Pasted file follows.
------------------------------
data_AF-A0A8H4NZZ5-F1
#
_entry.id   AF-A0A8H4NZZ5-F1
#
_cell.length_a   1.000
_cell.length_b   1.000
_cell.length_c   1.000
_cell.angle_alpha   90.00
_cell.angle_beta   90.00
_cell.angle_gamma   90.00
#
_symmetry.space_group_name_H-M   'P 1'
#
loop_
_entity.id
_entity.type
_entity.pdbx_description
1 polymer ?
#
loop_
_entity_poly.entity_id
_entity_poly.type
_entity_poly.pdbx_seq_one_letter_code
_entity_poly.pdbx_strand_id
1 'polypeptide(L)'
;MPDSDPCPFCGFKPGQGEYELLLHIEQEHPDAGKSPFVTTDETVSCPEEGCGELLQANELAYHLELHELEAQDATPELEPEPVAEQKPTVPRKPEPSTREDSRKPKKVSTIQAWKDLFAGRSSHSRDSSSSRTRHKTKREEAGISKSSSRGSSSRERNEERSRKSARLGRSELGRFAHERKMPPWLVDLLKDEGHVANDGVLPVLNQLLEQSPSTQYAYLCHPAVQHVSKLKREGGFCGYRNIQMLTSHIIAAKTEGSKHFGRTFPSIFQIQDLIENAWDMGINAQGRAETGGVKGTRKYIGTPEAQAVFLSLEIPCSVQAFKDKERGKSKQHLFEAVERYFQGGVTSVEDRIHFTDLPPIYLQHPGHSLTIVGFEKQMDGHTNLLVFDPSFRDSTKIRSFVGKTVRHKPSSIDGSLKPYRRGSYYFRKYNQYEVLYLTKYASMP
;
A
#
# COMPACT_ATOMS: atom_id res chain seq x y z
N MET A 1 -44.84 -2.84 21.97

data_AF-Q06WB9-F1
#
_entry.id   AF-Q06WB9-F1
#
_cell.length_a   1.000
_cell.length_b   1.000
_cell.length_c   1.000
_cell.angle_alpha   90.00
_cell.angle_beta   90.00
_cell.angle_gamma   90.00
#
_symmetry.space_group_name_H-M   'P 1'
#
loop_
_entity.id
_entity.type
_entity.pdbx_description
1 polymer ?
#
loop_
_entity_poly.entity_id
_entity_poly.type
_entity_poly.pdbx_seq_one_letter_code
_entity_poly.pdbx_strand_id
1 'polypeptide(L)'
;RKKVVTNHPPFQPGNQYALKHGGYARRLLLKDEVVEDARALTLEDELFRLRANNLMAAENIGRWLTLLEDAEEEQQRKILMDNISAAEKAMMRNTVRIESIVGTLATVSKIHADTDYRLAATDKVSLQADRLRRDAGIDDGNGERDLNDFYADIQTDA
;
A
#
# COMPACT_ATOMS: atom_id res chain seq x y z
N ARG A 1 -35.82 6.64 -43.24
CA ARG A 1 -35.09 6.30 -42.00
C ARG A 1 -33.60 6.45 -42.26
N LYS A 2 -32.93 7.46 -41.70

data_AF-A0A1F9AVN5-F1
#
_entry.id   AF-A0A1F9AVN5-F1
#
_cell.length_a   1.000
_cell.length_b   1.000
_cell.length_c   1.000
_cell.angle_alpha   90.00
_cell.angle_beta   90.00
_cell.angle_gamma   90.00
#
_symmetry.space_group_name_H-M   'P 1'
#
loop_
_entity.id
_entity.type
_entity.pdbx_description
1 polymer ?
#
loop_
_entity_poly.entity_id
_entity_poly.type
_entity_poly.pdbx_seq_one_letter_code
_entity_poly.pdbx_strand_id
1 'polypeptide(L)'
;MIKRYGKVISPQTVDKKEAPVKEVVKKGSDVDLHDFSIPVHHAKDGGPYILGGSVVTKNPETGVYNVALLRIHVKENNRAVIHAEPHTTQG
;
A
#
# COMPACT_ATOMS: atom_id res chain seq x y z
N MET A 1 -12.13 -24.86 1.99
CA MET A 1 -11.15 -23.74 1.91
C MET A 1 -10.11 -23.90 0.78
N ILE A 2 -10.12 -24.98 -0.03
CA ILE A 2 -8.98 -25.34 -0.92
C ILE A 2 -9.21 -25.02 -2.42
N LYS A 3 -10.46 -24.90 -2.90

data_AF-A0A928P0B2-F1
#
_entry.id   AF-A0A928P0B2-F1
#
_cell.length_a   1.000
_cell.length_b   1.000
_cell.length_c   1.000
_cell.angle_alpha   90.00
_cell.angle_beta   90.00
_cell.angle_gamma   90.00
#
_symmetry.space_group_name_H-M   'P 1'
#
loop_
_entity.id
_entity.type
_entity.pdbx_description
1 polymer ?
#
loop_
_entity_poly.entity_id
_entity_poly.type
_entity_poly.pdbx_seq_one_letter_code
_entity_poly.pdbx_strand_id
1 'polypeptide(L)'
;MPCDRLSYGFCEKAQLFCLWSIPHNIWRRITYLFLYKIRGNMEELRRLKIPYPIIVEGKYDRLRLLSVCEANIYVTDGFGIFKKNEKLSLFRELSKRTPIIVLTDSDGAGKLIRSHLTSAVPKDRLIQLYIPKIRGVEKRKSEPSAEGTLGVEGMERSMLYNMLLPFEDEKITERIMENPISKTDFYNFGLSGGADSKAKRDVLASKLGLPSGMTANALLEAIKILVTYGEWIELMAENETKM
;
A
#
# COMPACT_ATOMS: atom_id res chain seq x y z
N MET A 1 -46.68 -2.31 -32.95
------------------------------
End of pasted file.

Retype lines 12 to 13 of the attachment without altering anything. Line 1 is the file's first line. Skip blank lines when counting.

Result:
_symmetry.space_group_name_H-M   'P 1'
#